After digestion of the amplified LEP, TG and DGAT1 gene products, the DNA fragments were separated, respectively, on 3.5, 2 and 2% agarose gels in a horizontal electrophoresis system. A standard molecular weight of 100 bp was applied onto each gel, next to the amplified and digested DNA fragments, so their size could be estimated. Ethidium bromide staining and exposure to ultraviolet light were used to visualize the DNA fragments in the gel. Using a digital photo-documentation system, the gels were photographed for ulterior data analyses. Individual genotypes were determined for each polymorphism by analyzing the size (in bp) of the fragments.

Statistical analysis

Genotype and allele frequencies were calculated for each polymorphism according to Weir (1990). Differences in allele frequencies of the polymorphisms within and between genetic groups were determined by the method of Goodman adapted by Curi and Moraes (1981).

The traits of interest were analyzed by least square analysis of variance (p = 0.05), using the General Linear Model (GLM) procedure of the SAS program (SAS Institute Inc, 2004). The linear model used to fit the quantitative variables included, in addition to the genotype effect, the interaction between genetic groups and contemporary groups, as follows: Yijk = μ + Gi + GGCj + eijk, where Yijk = production trait, μ = overall mean, Gi = fixed effect of the ith genotype (i = 1,.., 3), GGCj = fixed effect of the jth genetic group and contemporary group combined (j = 1,..., 9), and eijk = random error. The criteria for the contemporary groups included variations of sex, age at slaughter, feedlot and farm of origin. Animals with the same age, feedlot and farm of origin were slaughtered on the same day. In other words, the interaction between genetic and contemporary groups resulted in 9 subgroups, as follow: Canchim FE, Canchim MF, Nelore MA, Nelore MB, Nelore MD, Rubia Galega x Nelore FC, Rubia Galega x Nelore MC, Brangus Three-way cross, and Braunvieh Three-way cross MF. In these subgroups, the first letter represents the sex of the animals (F = female, M = male) and the second letter designates the day of slaughter (A,..., F). The least square means for genotypes and genetic subgroups were established and compared using the Tukey test. Genotypes with very low frequency (less than 0.10) in the total sample of individuals or genetic groups showing a single genotype were not included in the analysis, in order to prevent unreliable results. For the same reason, when most of the animals (over 80%) of one genotype belonged to the same genetic group, this genotype was entirely excluded from the analyses. The sire effect was not included in the linear model because the number of genotyped animals which were progenies of the same sire was very small. So, the possibility of confounding the influence of the genotype effect and of the sire effect on production traits was low because of the large number of small half-sib families.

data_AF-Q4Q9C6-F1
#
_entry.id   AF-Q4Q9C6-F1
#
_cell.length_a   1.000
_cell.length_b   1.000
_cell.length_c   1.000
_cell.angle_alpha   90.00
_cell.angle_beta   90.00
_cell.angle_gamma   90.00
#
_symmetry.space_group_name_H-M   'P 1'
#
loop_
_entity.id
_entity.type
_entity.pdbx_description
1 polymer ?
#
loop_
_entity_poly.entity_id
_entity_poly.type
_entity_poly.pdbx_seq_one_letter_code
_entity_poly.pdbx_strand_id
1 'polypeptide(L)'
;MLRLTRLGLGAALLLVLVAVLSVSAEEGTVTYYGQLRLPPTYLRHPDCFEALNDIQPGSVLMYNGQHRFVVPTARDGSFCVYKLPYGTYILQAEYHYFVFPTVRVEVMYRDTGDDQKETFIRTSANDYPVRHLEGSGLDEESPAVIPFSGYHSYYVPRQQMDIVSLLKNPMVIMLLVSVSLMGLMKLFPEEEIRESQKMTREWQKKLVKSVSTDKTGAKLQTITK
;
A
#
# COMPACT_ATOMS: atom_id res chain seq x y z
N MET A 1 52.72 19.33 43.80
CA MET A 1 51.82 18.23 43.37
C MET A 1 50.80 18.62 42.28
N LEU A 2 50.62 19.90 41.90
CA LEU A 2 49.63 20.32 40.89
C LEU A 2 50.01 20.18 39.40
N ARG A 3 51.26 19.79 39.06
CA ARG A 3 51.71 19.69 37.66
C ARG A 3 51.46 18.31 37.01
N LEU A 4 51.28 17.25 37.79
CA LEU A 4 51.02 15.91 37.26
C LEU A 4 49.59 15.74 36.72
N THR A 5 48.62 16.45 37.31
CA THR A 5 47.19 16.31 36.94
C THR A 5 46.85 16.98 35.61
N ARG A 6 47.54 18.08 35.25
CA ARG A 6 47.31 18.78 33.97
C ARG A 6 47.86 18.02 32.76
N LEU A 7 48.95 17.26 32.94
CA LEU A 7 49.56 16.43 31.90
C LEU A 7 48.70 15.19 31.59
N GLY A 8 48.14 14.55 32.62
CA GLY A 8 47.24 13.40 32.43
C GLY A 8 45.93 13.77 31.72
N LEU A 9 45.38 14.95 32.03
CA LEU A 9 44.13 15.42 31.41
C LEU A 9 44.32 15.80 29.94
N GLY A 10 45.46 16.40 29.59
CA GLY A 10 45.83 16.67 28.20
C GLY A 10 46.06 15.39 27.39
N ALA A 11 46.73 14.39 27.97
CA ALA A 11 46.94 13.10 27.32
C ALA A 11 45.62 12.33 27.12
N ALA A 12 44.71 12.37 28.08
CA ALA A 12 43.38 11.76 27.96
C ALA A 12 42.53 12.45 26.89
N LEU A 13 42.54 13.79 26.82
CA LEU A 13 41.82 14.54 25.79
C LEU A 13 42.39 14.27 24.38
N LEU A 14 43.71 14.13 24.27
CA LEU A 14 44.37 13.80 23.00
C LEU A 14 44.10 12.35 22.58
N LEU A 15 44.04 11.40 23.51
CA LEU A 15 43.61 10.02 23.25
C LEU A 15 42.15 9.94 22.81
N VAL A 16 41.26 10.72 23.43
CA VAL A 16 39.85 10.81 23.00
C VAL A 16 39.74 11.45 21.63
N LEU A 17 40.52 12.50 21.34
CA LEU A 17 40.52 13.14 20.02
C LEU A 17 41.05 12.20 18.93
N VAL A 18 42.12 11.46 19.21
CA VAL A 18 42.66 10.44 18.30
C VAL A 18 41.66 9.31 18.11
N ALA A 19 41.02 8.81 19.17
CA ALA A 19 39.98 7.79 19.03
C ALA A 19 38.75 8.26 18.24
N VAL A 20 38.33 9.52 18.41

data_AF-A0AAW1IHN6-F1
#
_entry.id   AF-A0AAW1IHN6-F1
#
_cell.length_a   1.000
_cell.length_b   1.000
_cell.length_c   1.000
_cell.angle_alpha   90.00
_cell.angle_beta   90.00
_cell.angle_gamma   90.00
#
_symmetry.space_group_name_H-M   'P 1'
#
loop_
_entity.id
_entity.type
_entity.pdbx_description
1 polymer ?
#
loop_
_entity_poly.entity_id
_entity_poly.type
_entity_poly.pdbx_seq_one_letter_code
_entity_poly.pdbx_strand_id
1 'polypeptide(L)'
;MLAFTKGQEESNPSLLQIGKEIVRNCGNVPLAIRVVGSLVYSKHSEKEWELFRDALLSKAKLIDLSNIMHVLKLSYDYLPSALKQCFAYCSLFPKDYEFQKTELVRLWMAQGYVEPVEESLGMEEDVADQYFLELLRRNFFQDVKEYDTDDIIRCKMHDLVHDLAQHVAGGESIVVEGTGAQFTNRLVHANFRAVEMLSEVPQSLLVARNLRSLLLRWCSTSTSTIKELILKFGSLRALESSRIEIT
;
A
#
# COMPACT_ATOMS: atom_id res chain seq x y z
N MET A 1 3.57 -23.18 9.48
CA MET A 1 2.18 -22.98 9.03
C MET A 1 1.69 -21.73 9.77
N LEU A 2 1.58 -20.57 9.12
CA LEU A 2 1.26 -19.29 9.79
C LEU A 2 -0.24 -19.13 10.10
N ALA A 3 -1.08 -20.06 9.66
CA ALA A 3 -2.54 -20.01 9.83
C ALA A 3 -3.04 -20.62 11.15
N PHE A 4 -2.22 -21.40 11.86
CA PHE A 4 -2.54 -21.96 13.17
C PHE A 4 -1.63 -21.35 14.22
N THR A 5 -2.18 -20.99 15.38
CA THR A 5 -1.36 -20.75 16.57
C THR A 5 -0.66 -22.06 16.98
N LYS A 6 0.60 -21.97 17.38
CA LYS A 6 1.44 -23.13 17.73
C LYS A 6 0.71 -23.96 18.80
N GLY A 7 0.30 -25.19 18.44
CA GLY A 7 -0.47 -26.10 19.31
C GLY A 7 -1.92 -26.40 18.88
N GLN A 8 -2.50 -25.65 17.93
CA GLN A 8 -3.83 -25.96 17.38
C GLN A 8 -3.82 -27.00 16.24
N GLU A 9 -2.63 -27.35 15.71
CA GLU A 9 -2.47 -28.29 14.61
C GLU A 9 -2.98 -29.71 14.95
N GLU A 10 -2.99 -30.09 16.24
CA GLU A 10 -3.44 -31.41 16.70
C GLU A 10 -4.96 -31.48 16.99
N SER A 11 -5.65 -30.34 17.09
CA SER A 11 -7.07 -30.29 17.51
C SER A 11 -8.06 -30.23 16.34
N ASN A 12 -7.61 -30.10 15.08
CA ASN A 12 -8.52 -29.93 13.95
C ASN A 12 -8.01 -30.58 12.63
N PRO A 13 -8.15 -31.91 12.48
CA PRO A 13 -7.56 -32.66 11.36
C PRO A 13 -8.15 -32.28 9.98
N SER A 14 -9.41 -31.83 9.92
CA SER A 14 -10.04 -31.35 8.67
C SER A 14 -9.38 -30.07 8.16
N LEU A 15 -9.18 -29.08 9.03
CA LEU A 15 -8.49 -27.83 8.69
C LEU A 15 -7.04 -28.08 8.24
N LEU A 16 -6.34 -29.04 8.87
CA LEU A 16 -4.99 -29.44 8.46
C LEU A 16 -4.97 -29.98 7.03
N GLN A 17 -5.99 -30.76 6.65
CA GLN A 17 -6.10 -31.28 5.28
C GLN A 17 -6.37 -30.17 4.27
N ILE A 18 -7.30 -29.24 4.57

Results

The allele and genotype frequencies of all three polymorphisms in each genetic group and in the sample as a whole are summarized in Table 1 and and2,2, respectively.

Table 1
Allele frequencies of LEP, TG and DGTA1 polymorphisms in five bovine genetic groups and in the sample as a whole.
Table 2
Genotype frequencies of the LEP, TG and DGTA1 gene polymorphisms obtained for five genetic groups and in the sample as a whole.

The two allelic forms of LEP (C and T) were observed in all five genetic groups. Two restriction fragments of 75 and 19 bp, respectively, were seen when the CC genotype was present, and the TT genotype was reported from the observation of a 94 bp fragment. Heterozygotes presented all three fragment sizes: 94, 75 and 19 bp. The genetic groups with higher Bos indicus influence (Nelore and Rubia Gallega X Nelore) presented a much lower frequency of allele T (4.3 and 7.7%, respectively) and no animal with genotype TT. The two Three-way crosses presented similar T frequencies (20 to 26.3%) and were different from the Canchim breed (39%).

For TG, two allelic variants were reported: C (295 and 178 bp restriction fragments) and T (intact PCR product 473 bp fragment). TG alleles C and T were segregating in most genetic groups, but allele C was fixed in the Nelore animals, resulting in the occurrence of only the CC genotype. Rubia Gallega X Nelore presented a very low frequency of T (1.9%), with no statistically significant difference from the segregation of this polymorphism in the pure Nelore group. In fact, the occurrence of allele T increased numerically with the higher Bos taurus influence on each genetic group: Brangus Three-way cross (15.8%), Canchim (22%), and Braunvieh Three-way cross (33.3%).

The DGAT1 alleles (K and A) segregated in all genetic groups. When only allele K was present, the fragment identified was like the intact PCR product, with 411 pb in size. When only the alanine-bearing allele was present, two fragments were observed (208 and 203 pb, respectively). Heterozygous individuals were determined by the presence of fragments of three sizes: 411, 208 and 203 bp, respectively. In contrast, allele A was less frequent in the Nelore breed, with a presence of only 5.4%, compared to a range of 53 to 67% in the other four genetic groups.